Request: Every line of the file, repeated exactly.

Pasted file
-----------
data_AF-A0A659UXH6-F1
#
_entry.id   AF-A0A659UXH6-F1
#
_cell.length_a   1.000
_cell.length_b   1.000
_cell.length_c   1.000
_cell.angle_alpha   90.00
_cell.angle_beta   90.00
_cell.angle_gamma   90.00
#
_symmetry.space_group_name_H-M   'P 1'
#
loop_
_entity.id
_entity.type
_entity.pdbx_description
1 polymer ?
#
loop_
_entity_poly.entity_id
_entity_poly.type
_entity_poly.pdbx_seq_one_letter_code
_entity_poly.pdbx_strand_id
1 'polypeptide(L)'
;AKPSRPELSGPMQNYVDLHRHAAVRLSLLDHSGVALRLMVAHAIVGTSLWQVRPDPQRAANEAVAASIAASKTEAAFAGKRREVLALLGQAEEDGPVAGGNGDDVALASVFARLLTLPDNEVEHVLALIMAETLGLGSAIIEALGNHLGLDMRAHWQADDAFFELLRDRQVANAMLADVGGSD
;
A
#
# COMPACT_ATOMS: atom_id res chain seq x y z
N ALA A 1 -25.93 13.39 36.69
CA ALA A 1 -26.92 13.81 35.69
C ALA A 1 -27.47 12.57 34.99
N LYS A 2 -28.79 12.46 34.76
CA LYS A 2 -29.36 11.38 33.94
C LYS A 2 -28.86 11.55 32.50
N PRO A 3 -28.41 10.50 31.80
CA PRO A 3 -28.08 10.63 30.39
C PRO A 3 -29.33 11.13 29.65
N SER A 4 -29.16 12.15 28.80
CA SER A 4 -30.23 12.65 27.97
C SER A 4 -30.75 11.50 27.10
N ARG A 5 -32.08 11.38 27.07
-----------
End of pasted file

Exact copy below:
data_AF-A0A659UXH6-F1
#
_entry.id   AF-A0A659UXH6-F1
#
_cell.length_a   1.000
_cell.length_b   1.000
_cell.length_c   1.000
_cell.angle_alpha   90.00
_cell.angle_beta   90.00
_cell.angle_gamma   90.00
#
_symmetry.space_group_name_H-M   'P 1'
#
loop_
_entity.id
_entity.type
_entity.pdbx_description
1 polymer ?
#
loop_
_entity_poly.entity_id
_entity_poly.type
_entity_poly.pdbx_seq_one_letter_code
_entity_poly.pdbx_strand_id
1 'polypeptide(L)'
;AKPSRPELSGPMQNYVDLHRHAAVRLSLLDHSGVALRLMVAHAIVGTSLWQVRPDPQRAANEAVAASIAASKTEAAFAGKRREVLALLGQAEEDGPVAGGNGDDVALASVFARLLTLPDNEVEHVLALIMAETLGLGSAIIEALGNHLGLDMRAHWQADDAFFELLRDRQVANAMLADVGGSD
;
A
#
# COMPACT_ATOMS: atom_id res chain seq x y z
N ALA A 1 -25.93 13.39 36.69
CA ALA A 1 -26.92 13.81 35.69
C ALA A 1 -27.47 12.57 34.99
N LYS A 2 -28.79 12.46 34.76
CA LYS A 2 -29.36 11.38 33.94
C LYS A 2 -28.86 11.55 32.50
N PRO A 3 -28.41 10.50 31.80
CA PRO A 3 -28.08 10.63 30.39
C PRO A 3 -29.33 11.13 29.65
N SER A 4 -29.16 12.15 28.80
CA SER A 4 -30.23 12.65 27.97
C SER A 4 -30.75 11.50 27.10
N ARG A 5 -32.08 11.38 27.07